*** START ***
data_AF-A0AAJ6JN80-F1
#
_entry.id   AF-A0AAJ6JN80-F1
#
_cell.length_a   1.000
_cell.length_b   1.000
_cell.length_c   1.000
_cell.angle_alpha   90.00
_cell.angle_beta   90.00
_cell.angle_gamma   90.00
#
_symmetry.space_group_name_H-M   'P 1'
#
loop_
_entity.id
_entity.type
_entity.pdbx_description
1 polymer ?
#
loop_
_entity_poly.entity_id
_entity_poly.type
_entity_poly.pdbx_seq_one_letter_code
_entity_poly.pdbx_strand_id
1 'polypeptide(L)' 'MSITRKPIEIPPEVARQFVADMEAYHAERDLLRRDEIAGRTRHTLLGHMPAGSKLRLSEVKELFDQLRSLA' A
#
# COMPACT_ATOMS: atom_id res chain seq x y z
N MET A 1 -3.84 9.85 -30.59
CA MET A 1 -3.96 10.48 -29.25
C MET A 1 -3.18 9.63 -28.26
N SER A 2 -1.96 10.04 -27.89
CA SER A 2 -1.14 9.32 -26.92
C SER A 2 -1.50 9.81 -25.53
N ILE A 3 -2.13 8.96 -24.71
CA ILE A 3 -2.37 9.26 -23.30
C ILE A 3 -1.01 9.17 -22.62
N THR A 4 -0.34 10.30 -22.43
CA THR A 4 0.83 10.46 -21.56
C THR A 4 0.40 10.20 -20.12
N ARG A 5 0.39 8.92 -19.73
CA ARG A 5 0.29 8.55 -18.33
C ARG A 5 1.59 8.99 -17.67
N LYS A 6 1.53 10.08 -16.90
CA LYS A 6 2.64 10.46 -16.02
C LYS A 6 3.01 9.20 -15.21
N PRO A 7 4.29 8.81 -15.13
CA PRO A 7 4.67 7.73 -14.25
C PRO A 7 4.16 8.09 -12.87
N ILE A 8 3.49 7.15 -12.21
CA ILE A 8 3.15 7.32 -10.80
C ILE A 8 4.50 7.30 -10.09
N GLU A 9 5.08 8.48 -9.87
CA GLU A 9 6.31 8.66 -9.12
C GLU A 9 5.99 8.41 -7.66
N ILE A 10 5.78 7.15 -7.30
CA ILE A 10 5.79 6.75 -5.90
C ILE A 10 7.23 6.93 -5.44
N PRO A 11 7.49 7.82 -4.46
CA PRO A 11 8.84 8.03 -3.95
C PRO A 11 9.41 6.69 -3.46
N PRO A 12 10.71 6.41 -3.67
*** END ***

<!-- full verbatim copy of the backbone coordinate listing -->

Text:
data_AF-A0AAJ6JN80-F1
#
_entry.id   AF-A0AAJ6JN80-F1
#
_cell.length_a   1.000
_cell.length_b   1.000
_cell.length_c   1.000
_cell.angle_alpha   90.00
_cell.angle_beta   90.00
_cell.angle_gamma   90.00
#
_symmetry.space_group_name_H-M   'P 1'
#
loop_
_entity.id
_entity.type
_entity.pdbx_description
1 polymer ?
#
loop_
_entity_poly.entity_id
_entity_poly.type
_entity_poly.pdbx_seq_one_letter_code
_entity_poly.pdbx_strand_id
1 'polypeptide(L)' 'MSITRKPIEIPPEVARQFVADMEAYHAERDLLRRDEIAGRTRHTLLGHMPAGSKLRLSEVKELFDQLRSLA' A
#
# COMPACT_ATOMS: atom_id res chain seq x y z
N MET A 1 -3.84 9.85 -30.59
CA MET A 1 -3.96 10.48 -29.25
C MET A 1 -3.18 9.63 -28.26
N SER A 2 -1.96 10.04 -27.89
CA SER A 2 -1.14 9.32 -26.92
C SER A 2 -1.50 9.81 -25.53
N ILE A 3 -2.13 8.96 -24.71
CA ILE A 3 -2.37 9.26 -23.30
C ILE A 3 -1.01 9.17 -22.62
N THR A 4 -0.34 10.30 -22.43
CA THR A 4 0.83 10.46 -21.56
C THR A 4 0.40 10.20 -20.12
N ARG A 5 0.39 8.92 -19.73
CA ARG A 5 0.29 8.55 -18.33
C ARG A 5 1.59 8.99 -17.67
N LYS A 6 1.53 10.08 -16.90
CA LYS A 6 2.64 10.46 -16.02
C LYS A 6 3.01 9.20 -15.21
N PRO A 7 4.29 8.81 -15.13
CA PRO A 7 4.67 7.73 -14.25
C PRO A 7 4.16 8.09 -12.87
N ILE A 8 3.49 7.15 -12.21
CA ILE A 8 3.15 7.32 -10.80
C ILE A 8 4.50 7.30 -10.09
N GLU A 9 5.08 8.48 -9.87
CA GLU A 9 6.31 8.66 -9.12
C GLU A 9 5.99 8.41 -7.66
N ILE A 10 5.78 7.15 -7.30
CA ILE A 10 5.79 6.75 -5.90
C ILE A 10 7.23 6.93 -5.44
N PRO A 11 7.49 7.82 -4.46
CA PRO A 11 8.84 8.03 -3.95
C PRO A 11 9.41 6.69 -3.46
N PRO A 12 10.71 6.41 -3.67